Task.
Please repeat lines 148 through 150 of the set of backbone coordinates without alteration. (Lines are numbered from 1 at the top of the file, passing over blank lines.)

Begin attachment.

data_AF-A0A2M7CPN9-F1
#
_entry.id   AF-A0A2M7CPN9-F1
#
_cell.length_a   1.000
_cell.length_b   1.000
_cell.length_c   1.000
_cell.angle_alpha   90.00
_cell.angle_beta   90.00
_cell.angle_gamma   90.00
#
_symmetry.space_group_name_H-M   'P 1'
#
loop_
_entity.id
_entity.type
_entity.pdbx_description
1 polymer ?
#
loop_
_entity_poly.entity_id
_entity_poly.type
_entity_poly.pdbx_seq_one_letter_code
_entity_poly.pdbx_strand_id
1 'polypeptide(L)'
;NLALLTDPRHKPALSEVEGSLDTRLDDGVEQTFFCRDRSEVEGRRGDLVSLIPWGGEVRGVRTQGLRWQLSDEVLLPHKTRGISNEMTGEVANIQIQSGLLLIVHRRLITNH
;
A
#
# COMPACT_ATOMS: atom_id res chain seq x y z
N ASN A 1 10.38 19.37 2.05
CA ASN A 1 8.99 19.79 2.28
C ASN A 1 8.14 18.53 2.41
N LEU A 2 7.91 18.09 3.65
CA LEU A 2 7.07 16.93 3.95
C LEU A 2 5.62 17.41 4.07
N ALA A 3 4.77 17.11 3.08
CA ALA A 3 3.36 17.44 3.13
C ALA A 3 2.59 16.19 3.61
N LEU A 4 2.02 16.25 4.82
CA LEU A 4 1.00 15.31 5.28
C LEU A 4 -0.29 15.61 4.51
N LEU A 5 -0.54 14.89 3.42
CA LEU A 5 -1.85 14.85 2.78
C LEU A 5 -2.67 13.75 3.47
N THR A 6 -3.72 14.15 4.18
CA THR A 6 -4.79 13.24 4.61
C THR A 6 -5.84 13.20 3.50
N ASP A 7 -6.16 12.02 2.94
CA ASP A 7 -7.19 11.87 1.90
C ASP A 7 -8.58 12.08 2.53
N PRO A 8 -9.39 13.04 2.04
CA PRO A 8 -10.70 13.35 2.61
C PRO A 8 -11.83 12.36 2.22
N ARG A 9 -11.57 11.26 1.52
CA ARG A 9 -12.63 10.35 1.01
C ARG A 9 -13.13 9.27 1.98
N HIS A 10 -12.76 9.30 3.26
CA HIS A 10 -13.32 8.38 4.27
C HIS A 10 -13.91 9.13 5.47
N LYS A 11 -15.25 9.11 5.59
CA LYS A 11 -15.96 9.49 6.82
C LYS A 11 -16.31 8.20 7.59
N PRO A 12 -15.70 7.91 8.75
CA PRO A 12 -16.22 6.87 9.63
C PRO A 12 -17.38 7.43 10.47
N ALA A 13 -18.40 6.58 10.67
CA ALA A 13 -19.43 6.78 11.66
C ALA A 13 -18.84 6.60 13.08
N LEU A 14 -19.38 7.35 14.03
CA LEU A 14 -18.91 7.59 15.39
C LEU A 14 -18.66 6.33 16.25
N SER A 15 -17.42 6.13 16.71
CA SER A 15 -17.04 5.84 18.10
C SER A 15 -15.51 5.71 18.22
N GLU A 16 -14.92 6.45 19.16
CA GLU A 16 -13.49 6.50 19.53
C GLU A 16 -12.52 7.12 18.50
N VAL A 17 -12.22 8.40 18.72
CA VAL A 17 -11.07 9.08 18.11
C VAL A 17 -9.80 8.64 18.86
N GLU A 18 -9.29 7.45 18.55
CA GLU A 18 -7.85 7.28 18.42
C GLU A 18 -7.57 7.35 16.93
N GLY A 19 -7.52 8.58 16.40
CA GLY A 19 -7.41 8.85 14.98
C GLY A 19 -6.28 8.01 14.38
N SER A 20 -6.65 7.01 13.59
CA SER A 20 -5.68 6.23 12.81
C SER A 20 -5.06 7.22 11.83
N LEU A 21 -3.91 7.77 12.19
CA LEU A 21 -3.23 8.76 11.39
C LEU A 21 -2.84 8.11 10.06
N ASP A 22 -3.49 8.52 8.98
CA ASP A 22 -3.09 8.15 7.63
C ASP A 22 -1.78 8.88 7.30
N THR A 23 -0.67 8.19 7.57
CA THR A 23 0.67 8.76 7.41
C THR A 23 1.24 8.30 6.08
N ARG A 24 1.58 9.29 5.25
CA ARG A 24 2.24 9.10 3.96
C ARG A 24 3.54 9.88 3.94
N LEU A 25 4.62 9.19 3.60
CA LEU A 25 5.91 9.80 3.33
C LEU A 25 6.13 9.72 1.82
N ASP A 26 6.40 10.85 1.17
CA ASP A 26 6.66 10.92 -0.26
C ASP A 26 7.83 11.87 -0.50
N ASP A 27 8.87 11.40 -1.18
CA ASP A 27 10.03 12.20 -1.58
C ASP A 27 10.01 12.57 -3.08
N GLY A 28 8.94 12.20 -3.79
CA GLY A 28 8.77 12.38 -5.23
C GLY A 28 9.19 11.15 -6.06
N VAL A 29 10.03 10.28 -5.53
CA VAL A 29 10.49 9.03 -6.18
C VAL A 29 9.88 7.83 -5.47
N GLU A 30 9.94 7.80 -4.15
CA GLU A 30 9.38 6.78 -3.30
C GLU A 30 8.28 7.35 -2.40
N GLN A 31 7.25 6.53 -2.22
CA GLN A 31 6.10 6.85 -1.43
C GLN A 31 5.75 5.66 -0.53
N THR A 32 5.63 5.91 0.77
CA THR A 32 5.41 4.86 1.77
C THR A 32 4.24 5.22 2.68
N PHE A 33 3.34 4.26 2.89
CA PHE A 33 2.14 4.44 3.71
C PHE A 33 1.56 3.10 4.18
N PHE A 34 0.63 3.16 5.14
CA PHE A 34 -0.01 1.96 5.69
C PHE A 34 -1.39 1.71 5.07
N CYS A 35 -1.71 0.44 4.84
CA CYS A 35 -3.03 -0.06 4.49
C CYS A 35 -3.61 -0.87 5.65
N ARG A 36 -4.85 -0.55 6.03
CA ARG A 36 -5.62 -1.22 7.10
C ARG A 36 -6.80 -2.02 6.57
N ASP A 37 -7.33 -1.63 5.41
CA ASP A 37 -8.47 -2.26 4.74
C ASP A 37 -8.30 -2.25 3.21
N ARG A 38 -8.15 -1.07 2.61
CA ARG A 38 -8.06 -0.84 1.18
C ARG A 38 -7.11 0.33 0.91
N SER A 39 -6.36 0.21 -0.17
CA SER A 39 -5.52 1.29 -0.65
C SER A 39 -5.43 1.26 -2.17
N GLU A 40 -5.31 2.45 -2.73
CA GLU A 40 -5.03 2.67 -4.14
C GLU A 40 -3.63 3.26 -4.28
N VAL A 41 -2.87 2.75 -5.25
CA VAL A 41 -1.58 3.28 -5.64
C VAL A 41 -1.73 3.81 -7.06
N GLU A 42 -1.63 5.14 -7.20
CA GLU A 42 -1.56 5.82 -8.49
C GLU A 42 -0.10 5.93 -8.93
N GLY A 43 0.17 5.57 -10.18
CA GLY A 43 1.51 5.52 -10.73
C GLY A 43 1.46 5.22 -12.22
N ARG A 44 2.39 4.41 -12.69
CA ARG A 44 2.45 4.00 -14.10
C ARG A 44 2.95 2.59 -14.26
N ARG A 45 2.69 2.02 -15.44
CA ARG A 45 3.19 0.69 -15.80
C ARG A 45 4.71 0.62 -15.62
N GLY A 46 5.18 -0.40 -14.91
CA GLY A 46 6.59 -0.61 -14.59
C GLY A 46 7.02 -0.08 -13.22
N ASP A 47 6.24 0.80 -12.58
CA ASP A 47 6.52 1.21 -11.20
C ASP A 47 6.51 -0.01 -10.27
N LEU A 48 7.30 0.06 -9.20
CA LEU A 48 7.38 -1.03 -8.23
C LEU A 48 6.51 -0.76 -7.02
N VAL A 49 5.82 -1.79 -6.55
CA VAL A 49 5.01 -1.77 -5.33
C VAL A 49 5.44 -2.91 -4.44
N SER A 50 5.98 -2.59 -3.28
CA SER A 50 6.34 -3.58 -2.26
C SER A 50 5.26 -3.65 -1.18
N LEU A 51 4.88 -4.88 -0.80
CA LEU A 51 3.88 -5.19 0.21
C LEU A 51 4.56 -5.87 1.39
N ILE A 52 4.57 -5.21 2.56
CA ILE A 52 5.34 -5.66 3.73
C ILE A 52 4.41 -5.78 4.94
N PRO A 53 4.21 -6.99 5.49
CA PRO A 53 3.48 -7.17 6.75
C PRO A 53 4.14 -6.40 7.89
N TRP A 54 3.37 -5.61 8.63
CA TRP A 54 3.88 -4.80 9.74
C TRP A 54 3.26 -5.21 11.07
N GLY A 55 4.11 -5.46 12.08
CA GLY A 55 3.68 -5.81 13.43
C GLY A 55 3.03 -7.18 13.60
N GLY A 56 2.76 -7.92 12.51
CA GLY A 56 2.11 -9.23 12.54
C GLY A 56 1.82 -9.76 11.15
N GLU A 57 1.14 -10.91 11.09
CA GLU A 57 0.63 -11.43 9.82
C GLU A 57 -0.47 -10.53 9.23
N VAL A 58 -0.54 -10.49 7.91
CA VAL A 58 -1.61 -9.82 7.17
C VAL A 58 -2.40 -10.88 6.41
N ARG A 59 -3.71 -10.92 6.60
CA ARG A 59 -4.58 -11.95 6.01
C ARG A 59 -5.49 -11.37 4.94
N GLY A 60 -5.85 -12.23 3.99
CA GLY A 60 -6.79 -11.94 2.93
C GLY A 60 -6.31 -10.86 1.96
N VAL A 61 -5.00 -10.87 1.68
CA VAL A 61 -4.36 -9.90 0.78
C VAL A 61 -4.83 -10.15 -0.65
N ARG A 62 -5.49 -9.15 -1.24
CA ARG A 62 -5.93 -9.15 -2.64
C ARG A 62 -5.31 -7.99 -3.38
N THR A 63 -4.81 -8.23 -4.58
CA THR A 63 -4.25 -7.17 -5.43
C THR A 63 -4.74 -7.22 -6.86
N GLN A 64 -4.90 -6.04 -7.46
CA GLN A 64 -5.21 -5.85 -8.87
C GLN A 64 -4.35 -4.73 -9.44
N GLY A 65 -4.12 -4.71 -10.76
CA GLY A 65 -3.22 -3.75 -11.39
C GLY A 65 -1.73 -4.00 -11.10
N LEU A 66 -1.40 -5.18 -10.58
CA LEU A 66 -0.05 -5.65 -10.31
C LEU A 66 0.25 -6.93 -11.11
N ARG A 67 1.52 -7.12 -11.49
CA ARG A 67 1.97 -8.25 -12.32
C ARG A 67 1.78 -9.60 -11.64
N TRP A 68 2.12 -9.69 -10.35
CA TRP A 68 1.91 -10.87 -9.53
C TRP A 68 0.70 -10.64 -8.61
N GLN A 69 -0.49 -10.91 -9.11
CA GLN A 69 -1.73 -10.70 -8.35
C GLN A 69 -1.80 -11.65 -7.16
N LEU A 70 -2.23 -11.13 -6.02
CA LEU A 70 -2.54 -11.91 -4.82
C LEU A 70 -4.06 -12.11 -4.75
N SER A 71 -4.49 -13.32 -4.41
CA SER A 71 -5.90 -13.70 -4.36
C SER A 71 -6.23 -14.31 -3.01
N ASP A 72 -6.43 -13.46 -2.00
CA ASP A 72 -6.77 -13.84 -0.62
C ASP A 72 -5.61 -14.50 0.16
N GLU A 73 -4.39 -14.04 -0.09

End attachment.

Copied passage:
N GLU A 40 -5.31 2.45 -2.73
CA GLU A 40 -5.03 2.67 -4.14
C GLU A 40 -3.63 3.26 -4.28